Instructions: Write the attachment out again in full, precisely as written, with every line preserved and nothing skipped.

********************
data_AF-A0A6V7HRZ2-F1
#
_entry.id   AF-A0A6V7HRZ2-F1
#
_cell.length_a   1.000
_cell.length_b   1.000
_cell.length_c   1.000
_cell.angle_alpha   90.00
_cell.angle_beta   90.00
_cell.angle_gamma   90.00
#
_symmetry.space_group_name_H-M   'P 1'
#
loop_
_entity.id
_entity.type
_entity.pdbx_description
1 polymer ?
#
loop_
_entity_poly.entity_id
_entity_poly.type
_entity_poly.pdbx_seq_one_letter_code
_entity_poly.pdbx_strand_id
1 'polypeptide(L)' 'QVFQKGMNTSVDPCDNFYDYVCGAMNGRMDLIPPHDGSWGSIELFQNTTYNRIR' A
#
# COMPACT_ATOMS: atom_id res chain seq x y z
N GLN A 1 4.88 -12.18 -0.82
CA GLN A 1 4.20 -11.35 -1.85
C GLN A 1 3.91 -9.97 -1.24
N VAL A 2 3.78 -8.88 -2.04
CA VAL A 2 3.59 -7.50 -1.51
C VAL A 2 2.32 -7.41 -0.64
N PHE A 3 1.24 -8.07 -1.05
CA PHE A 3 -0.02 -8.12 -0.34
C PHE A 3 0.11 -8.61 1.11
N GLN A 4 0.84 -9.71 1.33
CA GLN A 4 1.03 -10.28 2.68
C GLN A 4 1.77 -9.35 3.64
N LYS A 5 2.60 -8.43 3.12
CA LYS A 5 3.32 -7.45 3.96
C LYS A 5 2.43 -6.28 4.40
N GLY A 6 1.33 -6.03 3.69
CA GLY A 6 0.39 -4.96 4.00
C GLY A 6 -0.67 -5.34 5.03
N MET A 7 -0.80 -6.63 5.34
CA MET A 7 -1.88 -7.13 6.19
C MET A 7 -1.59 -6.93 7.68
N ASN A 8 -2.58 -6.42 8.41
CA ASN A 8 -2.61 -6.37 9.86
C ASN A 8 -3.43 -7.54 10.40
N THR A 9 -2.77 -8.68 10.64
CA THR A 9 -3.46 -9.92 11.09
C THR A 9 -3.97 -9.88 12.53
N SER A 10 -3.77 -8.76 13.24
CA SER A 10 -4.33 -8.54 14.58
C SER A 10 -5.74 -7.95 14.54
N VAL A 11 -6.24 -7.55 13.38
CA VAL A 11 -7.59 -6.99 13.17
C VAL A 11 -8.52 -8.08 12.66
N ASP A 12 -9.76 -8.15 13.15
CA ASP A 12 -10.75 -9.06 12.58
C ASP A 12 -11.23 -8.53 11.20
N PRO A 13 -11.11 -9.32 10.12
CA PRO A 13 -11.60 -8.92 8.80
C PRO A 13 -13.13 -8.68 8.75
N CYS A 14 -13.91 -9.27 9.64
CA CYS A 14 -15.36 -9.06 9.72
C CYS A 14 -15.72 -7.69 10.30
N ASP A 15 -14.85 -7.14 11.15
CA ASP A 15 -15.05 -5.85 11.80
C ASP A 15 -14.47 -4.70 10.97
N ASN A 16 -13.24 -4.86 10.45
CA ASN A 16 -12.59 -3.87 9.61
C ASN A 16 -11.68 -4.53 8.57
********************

data_AF-A0A6V7HRZ2-F1
#
_entry.id   AF-A0A6V7HRZ2-F1
#
_cell.length_a   1.000
_cell.length_b   1.000
_cell.length_c   1.000
_cell.angle_alpha   90.00
_cell.angle_beta   90.00
_cell.angle_gamma   90.00
#
_symmetry.space_group_name_H-M   'P 1'
#
loop_
_entity.id
_entity.type
_entity.pdbx_description
1 polymer ?
#
loop_
_entity_poly.entity_id
_entity_poly.type
_entity_poly.pdbx_seq_one_letter_code
_entity_poly.pdbx_strand_id
1 'polypeptide(L)' 'QVFQKGMNTSVDPCDNFYDYVCGAMNGRMDLIPPHDGSWGSIELFQNTTYNRIR' A
#
# COMPACT_ATOMS: atom_id res chain seq x y z
N GLN A 1 4.88 -12.18 -0.82
CA GLN A 1 4.20 -11.35 -1.85
C GLN A 1 3.91 -9.97 -1.24
N VAL A 2 3.78 -8.88 -2.04
CA VAL A 2 3.59 -7.50 -1.51
C VAL A 2 2.32 -7.41 -0.64
N PHE A 3 1.24 -8.07 -1.05
CA PHE A 3 -0.02 -8.12 -0.34
C PHE A 3 0.11 -8.61 1.11
N GLN A 4 0.84 -9.71 1.33
CA GLN A 4 1.03 -10.28 2.68
C GLN A 4 1.77 -9.35 3.64
N LYS A 5 2.60 -8.43 3.12
CA LYS A 5 3.32 -7.45 3.96
C LYS A 5 2.43 -6.28 4.40
N GLY A 6 1.33 -6.03 3.69
CA GLY A 6 0.39 -4.96 4.00
C GLY A 6 -0.67 -5.34 5.03
N MET A 7 -0.80 -6.63 5.34
CA MET A 7 -1.88 -7.13 6.19
C MET A 7 -1.59 -6.93 7.68
N ASN A 8 -2.58 -6.42 8.41
CA ASN A 8 -2.61 -6.37 9.86
C ASN A 8 -3.43 -7.54 10.40
N THR A 9 -2.77 -8.68 10.64
CA THR A 9 -3.46 -9.92 11.09
C THR A 9 -3.97 -9.88 12.53
N SER A 10 -3.77 -8.76 13.24
CA SER A 10 -4.33 -8.54 14.58
C SER A 10 -5.74 -7.95 14.54
N VAL A 11 -6.24 -7.55 13.38
CA VAL A 11 -7.59 -6.99 13.17
C VAL A 11 -8.52 -8.08 12.66
N ASP A 12 -9.76 -8.15 13.15
CA ASP A 12 -10.75 -9.06 12.58
C ASP A 12 -11.23 -8.53 11.20
N PRO A 13 -11.11 -9.32 10.12
CA PRO A 13 -11.60 -8.92 8.80
C PRO A 13 -13.13 -8.68 8.75
N CYS A 14 -13.91 -9.27 9.64
CA CYS A 14 -15.36 -9.06 9.72
C CYS A 14 -15.72 -7.69 10.30
N ASP A 15 -14.85 -7.14 11.15
CA ASP A 15 -15.05 -5.85 11.80
C ASP A 15 -14.47 -4.70 10.97
N ASN A 16 -13.24 -4.86 10.45
CA ASN A 16 -12.59 -3.87 9.61
C ASN A 16 -11.68 -4.53 8.57